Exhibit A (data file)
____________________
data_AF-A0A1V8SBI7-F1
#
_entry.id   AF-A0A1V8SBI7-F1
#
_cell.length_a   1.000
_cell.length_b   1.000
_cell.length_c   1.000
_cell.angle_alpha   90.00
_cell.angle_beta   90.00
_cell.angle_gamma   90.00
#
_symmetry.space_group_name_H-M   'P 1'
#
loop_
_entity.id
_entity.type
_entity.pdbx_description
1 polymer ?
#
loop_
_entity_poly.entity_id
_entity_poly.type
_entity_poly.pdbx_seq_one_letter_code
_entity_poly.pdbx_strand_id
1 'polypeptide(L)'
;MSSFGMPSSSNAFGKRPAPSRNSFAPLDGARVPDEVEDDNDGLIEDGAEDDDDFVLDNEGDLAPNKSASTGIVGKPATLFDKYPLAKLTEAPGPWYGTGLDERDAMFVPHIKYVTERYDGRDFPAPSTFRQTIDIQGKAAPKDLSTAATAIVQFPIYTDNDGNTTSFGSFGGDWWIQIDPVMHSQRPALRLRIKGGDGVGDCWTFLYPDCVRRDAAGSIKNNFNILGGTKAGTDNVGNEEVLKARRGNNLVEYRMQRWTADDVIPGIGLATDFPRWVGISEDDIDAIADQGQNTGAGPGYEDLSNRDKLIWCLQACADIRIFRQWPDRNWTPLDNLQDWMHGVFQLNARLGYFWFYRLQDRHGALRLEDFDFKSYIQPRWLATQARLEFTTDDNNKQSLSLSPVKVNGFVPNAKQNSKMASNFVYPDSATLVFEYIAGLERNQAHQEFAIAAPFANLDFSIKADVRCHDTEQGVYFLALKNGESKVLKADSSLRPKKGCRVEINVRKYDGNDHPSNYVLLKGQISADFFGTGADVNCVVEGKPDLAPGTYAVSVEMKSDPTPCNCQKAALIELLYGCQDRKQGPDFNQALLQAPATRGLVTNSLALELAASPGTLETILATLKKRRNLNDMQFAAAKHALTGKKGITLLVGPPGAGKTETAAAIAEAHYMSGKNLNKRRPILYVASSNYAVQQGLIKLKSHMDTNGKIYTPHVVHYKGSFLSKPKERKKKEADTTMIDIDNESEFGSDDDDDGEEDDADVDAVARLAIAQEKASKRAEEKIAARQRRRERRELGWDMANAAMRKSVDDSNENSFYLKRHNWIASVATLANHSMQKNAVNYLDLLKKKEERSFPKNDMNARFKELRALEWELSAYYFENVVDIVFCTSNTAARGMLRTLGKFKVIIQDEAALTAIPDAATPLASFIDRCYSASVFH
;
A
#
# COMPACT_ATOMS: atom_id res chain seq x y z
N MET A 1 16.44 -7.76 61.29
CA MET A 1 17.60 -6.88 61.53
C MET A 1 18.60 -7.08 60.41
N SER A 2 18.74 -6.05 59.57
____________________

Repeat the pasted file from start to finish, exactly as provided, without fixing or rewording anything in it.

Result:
data_AF-A0A1V8SBI7-F1
#
_entry.id   AF-A0A1V8SBI7-F1
#
_cell.length_a   1.000
_cell.length_b   1.000
_cell.length_c   1.000
_cell.angle_alpha   90.00
_cell.angle_beta   90.00
_cell.angle_gamma   90.00
#
_symmetry.space_group_name_H-M   'P 1'
#
loop_
_entity.id
_entity.type
_entity.pdbx_description
1 polymer ?
#
loop_
_entity_poly.entity_id
_entity_poly.type
_entity_poly.pdbx_seq_one_letter_code
_entity_poly.pdbx_strand_id
1 'polypeptide(L)'
;MSSFGMPSSSNAFGKRPAPSRNSFAPLDGARVPDEVEDDNDGLIEDGAEDDDDFVLDNEGDLAPNKSASTGIVGKPATLFDKYPLAKLTEAPGPWYGTGLDERDAMFVPHIKYVTERYDGRDFPAPSTFRQTIDIQGKAAPKDLSTAATAIVQFPIYTDNDGNTTSFGSFGGDWWIQIDPVMHSQRPALRLRIKGGDGVGDCWTFLYPDCVRRDAAGSIKNNFNILGGTKAGTDNVGNEEVLKARRGNNLVEYRMQRWTADDVIPGIGLATDFPRWVGISEDDIDAIADQGQNTGAGPGYEDLSNRDKLIWCLQACADIRIFRQWPDRNWTPLDNLQDWMHGVFQLNARLGYFWFYRLQDRHGALRLEDFDFKSYIQPRWLATQARLEFTTDDNNKQSLSLSPVKVNGFVPNAKQNSKMASNFVYPDSATLVFEYIAGLERNQAHQEFAIAAPFANLDFSIKADVRCHDTEQGVYFLALKNGESKVLKADSSLRPKKGCRVEINVRKYDGNDHPSNYVLLKGQISADFFGTGADVNCVVEGKPDLAPGTYAVSVEMKSDPTPCNCQKAALIELLYGCQDRKQGPDFNQALLQAPATRGLVTNSLALELAASPGTLETILATLKKRRNLNDMQFAAAKHALTGKKGITLLVGPPGAGKTETAAAIAEAHYMSGKNLNKRRPILYVASSNYAVQQGLIKLKSHMDTNGKIYTPHVVHYKGSFLSKPKERKKKEADTTMIDIDNESEFGSDDDDDGEEDDADVDAVARLAIAQEKASKRAEEKIAARQRRRERRELGWDMANAAMRKSVDDSNENSFYLKRHNWIASVATLANHSMQKNAVNYLDLLKKKEERSFPKNDMNARFKELRALEWELSAYYFENVVDIVFCTSNTAARGMLRTLGKFKVIIQDEAALTAIPDAATPLASFIDRCYSASVFH
;
A
#
# COMPACT_ATOMS: atom_id res chain seq x y z
N MET A 1 16.44 -7.76 61.29
CA MET A 1 17.60 -6.88 61.53
C MET A 1 18.60 -7.08 60.41
N SER A 2 18.74 -6.05 59.57